The next surprise came once we boarded the plane. After the keep your seat belt fastened and put on your oxygen mask first before helping others video came on, a prayer for Allah entered the video screen above us in Arabic. It asked for Allah to keep us safe on the plane and watch over our families who weren’t with us. Interesting how that's normal here – if an airline was to do that in the United States, they would receive so much back lash for public prayer.
The flight into Morocco was beautiful. The sunset, glistening across the left wing as we began our descent into a haze covered sky. We still aren’t really sure what the haze was from. Was it sand from the desert, salt from the Atlantic, thin clouds or something else? Even as we de-boarded we couldn't figure out the source of the misty fog that loomed around us.
When we walked into the airport, we were a bit scared since this was going to be the first place that we wouldn’t speak the language, but we were excited for a totally new culture. We soon realized that the directions we downloaded from the hostel didn't make much sense so we used broken French and google translate in Arabic to order a train ticket to town. The guy politely let us struggle, then responded in English!
We bought our tickets and sat down to relax for two hours until the next train. For some reason neither of our phones were reading the correct time and we nearly missed our train. It was only when I noticed a swarm of people getting onto the train and a time above the tracks on a digital clock that read an hour later than our phones did we realize this discrepancy in time. We have since learned that Morocco just recently changed their national clock, and not everyone agrees with the government's time. Apparently Samsung's automatic clock reset programming hasn't received the message.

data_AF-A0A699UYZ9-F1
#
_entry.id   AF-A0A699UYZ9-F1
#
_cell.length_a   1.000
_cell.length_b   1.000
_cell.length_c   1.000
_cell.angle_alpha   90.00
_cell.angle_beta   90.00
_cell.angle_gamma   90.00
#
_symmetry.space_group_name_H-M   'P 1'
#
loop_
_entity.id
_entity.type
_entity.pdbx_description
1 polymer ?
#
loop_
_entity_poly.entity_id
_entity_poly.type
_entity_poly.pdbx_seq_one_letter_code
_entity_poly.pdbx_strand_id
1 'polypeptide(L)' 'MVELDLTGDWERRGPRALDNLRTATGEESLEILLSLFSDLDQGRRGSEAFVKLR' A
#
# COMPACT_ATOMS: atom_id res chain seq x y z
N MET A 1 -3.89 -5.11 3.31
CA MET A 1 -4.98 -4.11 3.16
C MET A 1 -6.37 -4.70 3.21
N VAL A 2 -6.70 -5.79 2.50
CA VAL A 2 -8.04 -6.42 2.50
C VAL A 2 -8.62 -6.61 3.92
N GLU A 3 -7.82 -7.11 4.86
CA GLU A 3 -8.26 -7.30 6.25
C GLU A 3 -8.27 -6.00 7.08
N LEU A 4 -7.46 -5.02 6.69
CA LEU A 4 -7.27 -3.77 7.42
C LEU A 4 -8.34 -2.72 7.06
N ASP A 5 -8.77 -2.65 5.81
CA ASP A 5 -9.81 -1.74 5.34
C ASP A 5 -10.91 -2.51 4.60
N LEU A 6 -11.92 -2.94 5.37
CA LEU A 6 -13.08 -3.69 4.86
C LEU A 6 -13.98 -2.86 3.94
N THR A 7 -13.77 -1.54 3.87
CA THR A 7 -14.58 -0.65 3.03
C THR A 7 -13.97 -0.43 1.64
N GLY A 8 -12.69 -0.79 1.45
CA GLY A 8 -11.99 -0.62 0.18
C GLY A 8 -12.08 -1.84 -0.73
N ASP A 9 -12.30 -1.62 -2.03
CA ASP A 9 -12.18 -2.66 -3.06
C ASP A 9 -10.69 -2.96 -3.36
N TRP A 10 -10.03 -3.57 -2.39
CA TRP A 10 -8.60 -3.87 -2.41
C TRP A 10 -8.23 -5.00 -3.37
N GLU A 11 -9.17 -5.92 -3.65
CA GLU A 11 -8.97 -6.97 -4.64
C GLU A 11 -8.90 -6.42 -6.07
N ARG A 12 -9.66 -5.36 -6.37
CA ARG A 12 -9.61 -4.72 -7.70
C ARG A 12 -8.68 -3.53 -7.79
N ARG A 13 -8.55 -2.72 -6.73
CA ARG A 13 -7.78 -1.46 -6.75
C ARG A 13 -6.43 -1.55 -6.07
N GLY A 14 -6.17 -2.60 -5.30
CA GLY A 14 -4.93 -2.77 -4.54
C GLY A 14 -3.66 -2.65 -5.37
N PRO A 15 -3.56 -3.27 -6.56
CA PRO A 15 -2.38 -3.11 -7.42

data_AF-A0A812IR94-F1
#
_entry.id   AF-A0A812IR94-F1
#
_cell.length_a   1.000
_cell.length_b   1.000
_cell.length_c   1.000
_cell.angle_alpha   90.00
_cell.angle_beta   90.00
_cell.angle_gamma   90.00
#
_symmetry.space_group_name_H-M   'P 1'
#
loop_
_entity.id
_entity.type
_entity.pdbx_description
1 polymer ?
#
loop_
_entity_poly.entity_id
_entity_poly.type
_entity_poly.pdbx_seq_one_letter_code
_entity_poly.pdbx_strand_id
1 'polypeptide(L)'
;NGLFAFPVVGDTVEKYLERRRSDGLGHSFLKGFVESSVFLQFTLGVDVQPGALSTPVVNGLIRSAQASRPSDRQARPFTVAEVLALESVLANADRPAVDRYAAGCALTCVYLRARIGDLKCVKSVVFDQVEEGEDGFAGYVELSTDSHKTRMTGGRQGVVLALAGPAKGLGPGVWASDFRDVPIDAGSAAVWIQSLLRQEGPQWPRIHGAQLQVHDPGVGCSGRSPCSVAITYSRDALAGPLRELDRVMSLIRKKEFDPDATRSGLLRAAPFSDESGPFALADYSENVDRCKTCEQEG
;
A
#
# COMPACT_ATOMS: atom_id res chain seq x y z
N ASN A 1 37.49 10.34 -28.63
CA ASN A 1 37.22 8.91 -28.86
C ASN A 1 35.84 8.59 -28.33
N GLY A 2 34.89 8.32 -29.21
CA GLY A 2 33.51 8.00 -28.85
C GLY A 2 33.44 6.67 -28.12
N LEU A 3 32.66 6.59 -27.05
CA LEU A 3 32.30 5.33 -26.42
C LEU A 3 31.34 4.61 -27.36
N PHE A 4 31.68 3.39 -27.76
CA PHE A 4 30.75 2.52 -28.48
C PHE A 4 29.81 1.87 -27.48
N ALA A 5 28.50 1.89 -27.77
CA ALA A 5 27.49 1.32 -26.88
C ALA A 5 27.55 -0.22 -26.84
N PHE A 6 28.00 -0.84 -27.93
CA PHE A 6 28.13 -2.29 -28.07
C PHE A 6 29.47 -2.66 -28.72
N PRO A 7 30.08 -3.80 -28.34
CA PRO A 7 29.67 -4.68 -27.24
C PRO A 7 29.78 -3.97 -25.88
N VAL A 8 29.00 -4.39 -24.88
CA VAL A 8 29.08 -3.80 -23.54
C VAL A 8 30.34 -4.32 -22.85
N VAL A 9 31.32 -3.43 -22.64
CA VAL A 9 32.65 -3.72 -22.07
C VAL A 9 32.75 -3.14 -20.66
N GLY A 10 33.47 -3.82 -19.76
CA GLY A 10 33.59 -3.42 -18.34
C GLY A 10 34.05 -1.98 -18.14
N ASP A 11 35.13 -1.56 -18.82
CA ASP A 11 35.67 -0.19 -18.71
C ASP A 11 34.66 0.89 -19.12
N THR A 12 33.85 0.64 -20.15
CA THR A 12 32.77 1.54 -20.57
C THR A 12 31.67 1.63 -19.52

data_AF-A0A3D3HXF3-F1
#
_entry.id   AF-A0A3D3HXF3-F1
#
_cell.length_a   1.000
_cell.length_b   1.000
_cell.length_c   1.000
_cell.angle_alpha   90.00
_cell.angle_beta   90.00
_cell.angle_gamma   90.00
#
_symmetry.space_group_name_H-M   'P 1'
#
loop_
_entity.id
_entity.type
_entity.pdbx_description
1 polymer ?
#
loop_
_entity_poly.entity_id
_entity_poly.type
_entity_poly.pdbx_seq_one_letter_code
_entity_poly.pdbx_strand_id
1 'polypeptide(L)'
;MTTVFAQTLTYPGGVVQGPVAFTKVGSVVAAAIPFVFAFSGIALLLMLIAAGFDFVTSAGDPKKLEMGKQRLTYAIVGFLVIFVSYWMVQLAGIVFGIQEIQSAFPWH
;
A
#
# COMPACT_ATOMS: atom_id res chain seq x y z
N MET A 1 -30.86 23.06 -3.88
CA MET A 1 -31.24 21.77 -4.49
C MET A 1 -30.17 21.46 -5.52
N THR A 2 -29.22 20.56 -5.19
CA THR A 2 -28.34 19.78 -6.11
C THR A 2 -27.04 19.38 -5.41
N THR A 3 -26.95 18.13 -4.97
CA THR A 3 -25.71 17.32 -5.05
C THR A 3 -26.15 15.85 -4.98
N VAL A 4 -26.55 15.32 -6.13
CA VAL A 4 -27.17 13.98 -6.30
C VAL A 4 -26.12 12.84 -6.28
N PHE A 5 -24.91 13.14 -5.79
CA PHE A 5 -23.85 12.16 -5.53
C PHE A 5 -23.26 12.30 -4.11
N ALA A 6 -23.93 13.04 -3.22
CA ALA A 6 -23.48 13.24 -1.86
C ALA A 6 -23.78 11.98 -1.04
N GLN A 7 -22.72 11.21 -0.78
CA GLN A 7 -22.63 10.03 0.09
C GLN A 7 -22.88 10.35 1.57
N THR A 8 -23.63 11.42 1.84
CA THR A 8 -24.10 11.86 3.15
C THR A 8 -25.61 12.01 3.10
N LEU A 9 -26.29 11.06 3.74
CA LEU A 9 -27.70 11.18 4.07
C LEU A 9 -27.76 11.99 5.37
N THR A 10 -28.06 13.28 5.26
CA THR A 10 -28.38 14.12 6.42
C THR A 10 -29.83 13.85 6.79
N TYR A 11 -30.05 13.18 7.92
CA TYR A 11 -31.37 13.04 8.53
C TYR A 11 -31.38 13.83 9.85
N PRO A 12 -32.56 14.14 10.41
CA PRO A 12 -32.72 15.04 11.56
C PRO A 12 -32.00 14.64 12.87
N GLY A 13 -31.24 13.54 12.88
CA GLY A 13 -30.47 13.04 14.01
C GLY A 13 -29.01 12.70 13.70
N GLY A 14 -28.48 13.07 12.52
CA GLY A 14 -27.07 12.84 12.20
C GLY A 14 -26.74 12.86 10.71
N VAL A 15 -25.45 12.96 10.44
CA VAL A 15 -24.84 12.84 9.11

Once we arrived at the train’s last stop, we relied heavily on signage to find our way to the streets. Luckily in Morocco there is French everywhere, and I knew enough basic phrases to read the signs, but the arrows seemed to point us in circles. After bouncing between two floors a few times we found ourselves outside and darting traffic for twenty minutes until we found the hostel. We dropped our bags and headed to find food.
All of the places on our hostel’s square seemed overpriced and empty so we made the block looking for something else. All the cafes were packed with locals watching soccer and nobody eating. We love coffee and tea, but it was late and we were hungry for something more than espresso. After walking the winding blocks 4 or 5 times we were drawn to the sandwich stalls that lined the tiny alleyways. I tell you what – no matter where you travel, you can always count on a cheap sandwich to fill your stomach and not break your budget.
We chose a place that had local customers all four times that we passed by it. Unfortunately though the menu was completely in Arabic and didn’t have photos like some of the other stalls. Jesse prepared for this though and pulled out Google translate. He typed “we want three of what that woman is eating” and gestured to the woman who just ordered in front of us. One sandwich for me, two for him.